Calorie restriction can make you healthier… but there are a few things to consider first

Tuesday, May 22, 2018 by

Intermittent fasting and other restrictive diets are all the rage these days — and new research has shown calorie restriction can provide tremendous health benefits. The most comprehensive study of calorie restriction to date was just published in Cell Metabolism, and its findings show that a decreased food intake has a profound effect on human health. But, as sources note, this finding is more about gaining a deeper understanding of human biology and metabolism than peddling diet advice. At its most basic level, metabolism is what gives us life. While most people use the term “metabolism” to describe the rate at which they burn energy, the word’s meaning is far greater than just that. Indeed, metabolism is defined as “all chemical reactions involved in maintaining the living state of the cells and the organism.”

Most people think a fast metabolism is a “healthy” metabolism, but the new research from Comprehensive Assessment of the Long-Term Effects of Reducing Intake of Energy (CALERIE) research network at Duke University has shown that a slower metabolism may actually be the secret to long-term health.

Calorie restriction, metabolism and long-term health

Calorie restriction (CR) is the term scientists use in experiments featuring deliberately reduced calorie intake. The scientists working on CALERIE have conducted multiple studies as CALERIE is a multi-phase research project. In the latest study, CALERIE scientists studied 53 young, healthy participants at the Pennington Biomedical Research Center in Baton Rouge, Louisiana.

To conduct their research, the team used metabolic chambers to gather data on the participants’ oxygen consumption and carbon dioxide exhalation. Urine samples were also collected, so the scientists could get a full picture of how much energy the subjects were using, and where that energy was coming from (whether it be carbohydrates, fat or protein). Thirty-four people were placed on a (roughly) 15-percent CR diet, while the remaining 19 individuals were placed into the control group.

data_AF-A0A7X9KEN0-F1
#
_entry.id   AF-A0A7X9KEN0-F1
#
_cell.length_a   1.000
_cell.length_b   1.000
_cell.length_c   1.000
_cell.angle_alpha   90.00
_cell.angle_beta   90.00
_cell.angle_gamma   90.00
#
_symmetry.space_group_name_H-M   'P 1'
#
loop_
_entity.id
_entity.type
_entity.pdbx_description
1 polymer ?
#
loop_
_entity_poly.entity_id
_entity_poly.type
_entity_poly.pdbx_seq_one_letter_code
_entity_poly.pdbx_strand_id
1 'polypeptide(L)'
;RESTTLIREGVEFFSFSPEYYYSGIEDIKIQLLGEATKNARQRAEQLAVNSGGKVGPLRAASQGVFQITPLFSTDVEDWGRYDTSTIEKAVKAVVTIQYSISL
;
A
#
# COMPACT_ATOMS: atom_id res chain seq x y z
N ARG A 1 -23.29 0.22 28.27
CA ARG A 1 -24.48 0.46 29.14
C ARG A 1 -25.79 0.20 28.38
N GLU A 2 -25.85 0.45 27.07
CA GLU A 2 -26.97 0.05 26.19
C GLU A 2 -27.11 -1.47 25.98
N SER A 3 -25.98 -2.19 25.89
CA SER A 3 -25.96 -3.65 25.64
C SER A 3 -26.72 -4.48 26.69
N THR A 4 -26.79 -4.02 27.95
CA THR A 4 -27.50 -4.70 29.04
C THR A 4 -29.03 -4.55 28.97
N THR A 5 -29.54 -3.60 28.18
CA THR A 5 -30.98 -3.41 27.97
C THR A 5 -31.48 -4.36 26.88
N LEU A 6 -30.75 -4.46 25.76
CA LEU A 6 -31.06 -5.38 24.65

What they found was shocking: Over the course of two years, participants on the CR diet “lost about 19 pounds, experienced metabolic adaptation (meaning their bodies used less energy and started using energy more efficiently), produced fewer reactive oxygen species, and generally had improved biomarkers associated with aging.”

CALERIE scientists have posited that their findings could be connected to two possible theories of aging: The “rate of living” theory, as well as the “oxidative damage” theory. Sources explain that together, these two theories “roughly assert that a faster metabolism produces more reactive oxygen species, which in turn causes more cellular damage — and that causes aging.”

Eating less for better health?

While a 15-percent calorie deficit would generally be considered unsustainable for the long haul, this study is sure to inspire more research. This study, after all, was not designed to create the next big fad diet. However, past research has shown that intermittent fasting and modest calorie reduction can have long-term health benefits.

Experts caution that the recent CALERIE study should be taken with a grain of salt, due to the severity of calorie restriction. But, it’s not the first study to suggest that eating a bit less — or simply eating less often — can hold the promise of better overall health.

A recently published study found that calorie restriction could help promote better learning, for example. But perhaps most impressive are the well-documented benefits of intermittent fasting (IF). IF is not really a diet so much as an eating pattern; it relies on fasting for a set interval of time either daily or a few days a week. Research has shown that IF, even without calorie restriction, can provide a myriad of health benefits, and could be a viable approach for fighting obesity, metabolic disorders and other health issues.

Follow more news about fasting at Fasting.news. Learn more about all things food and nutrition at Food.news.

Sources for this article include:

Endpoints.ElysiumHealth.com

News-Medical.net



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